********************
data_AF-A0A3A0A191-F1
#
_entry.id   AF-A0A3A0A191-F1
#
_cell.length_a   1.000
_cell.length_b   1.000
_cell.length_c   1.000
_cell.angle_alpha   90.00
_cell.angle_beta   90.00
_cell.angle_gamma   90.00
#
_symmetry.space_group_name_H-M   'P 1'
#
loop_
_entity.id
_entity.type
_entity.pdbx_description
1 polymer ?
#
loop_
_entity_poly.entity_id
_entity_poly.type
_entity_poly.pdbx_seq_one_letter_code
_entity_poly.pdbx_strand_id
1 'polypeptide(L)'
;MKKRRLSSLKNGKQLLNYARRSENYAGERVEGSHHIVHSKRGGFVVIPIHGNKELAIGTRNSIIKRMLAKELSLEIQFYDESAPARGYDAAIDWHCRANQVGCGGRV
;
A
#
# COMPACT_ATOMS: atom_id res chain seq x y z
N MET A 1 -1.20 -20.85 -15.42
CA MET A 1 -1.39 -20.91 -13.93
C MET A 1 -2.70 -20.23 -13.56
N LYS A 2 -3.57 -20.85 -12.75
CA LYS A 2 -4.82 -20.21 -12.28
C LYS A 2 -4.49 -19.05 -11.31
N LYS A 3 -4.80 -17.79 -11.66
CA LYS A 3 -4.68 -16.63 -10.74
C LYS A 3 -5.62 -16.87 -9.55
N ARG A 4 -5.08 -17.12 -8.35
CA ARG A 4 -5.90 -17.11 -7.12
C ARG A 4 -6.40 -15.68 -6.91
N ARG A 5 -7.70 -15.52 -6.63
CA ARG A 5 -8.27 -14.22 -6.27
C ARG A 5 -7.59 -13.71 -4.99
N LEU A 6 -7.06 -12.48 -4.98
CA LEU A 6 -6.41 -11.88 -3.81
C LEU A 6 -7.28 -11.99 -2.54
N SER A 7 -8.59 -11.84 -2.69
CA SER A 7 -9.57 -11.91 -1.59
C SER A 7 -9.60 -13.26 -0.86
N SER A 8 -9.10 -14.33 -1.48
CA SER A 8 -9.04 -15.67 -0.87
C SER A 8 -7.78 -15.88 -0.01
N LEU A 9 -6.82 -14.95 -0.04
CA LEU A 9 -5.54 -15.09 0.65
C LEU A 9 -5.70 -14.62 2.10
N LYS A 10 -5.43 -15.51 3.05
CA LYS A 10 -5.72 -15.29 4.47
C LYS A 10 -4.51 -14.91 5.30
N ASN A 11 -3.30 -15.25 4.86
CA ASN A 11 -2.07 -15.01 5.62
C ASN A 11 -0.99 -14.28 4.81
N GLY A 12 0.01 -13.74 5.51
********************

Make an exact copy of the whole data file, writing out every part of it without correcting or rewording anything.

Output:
data_AF-A0A3A0A191-F1
#
_entry.id   AF-A0A3A0A191-F1
#
_cell.length_a   1.000
_cell.length_b   1.000
_cell.length_c   1.000
_cell.angle_alpha   90.00
_cell.angle_beta   90.00
_cell.angle_gamma   90.00
#
_symmetry.space_group_name_H-M   'P 1'
#
loop_
_entity.id
_entity.type
_entity.pdbx_description
1 polymer ?
#
loop_
_entity_poly.entity_id
_entity_poly.type
_entity_poly.pdbx_seq_one_letter_code
_entity_poly.pdbx_strand_id
1 'polypeptide(L)'
;MKKRRLSSLKNGKQLLNYARRSENYAGERVEGSHHIVHSKRGGFVVIPIHGNKELAIGTRNSIIKRMLAKELSLEIQFYDESAPARGYDAAIDWHCRANQVGCGGRV
;
A
#
# COMPACT_ATOMS: atom_id res chain seq x y z
N MET A 1 -1.20 -20.85 -15.42
CA MET A 1 -1.39 -20.91 -13.93
C MET A 1 -2.70 -20.23 -13.56
N LYS A 2 -3.57 -20.85 -12.75
CA LYS A 2 -4.82 -20.21 -12.28
C LYS A 2 -4.49 -19.05 -11.31
N LYS A 3 -4.80 -17.79 -11.66
CA LYS A 3 -4.68 -16.63 -10.74
C LYS A 3 -5.62 -16.87 -9.55
N ARG A 4 -5.08 -17.12 -8.35
CA ARG A 4 -5.90 -17.11 -7.12
C ARG A 4 -6.40 -15.68 -6.91
N ARG A 5 -7.70 -15.52 -6.63
CA ARG A 5 -8.27 -14.22 -6.27
C ARG A 5 -7.59 -13.71 -4.99
N LEU A 6 -7.06 -12.48 -4.98
CA LEU A 6 -6.41 -11.88 -3.81
C LEU A 6 -7.28 -11.99 -2.54
N SER A 7 -8.59 -11.84 -2.69
CA SER A 7 -9.57 -11.91 -1.59
C SER A 7 -9.60 -13.26 -0.86
N SER A 8 -9.10 -14.33 -1.48
CA SER A 8 -9.04 -15.67 -0.87
C SER A 8 -7.78 -15.88 -0.01
N LEU A 9 -6.82 -14.95 -0.04
CA LEU A 9 -5.54 -15.09 0.65
C LEU A 9 -5.70 -14.62 2.10
N LYS A 10 -5.43 -15.51 3.05
CA LYS A 10 -5.72 -15.29 4.47
C LYS A 10 -4.51 -14.91 5.30
N ASN A 11 -3.30 -15.25 4.86
CA ASN A 11 -2.07 -15.01 5.62
C ASN A 11 -0.99 -14.28 4.81
N GLY A 12 0.01 -13.74 5.51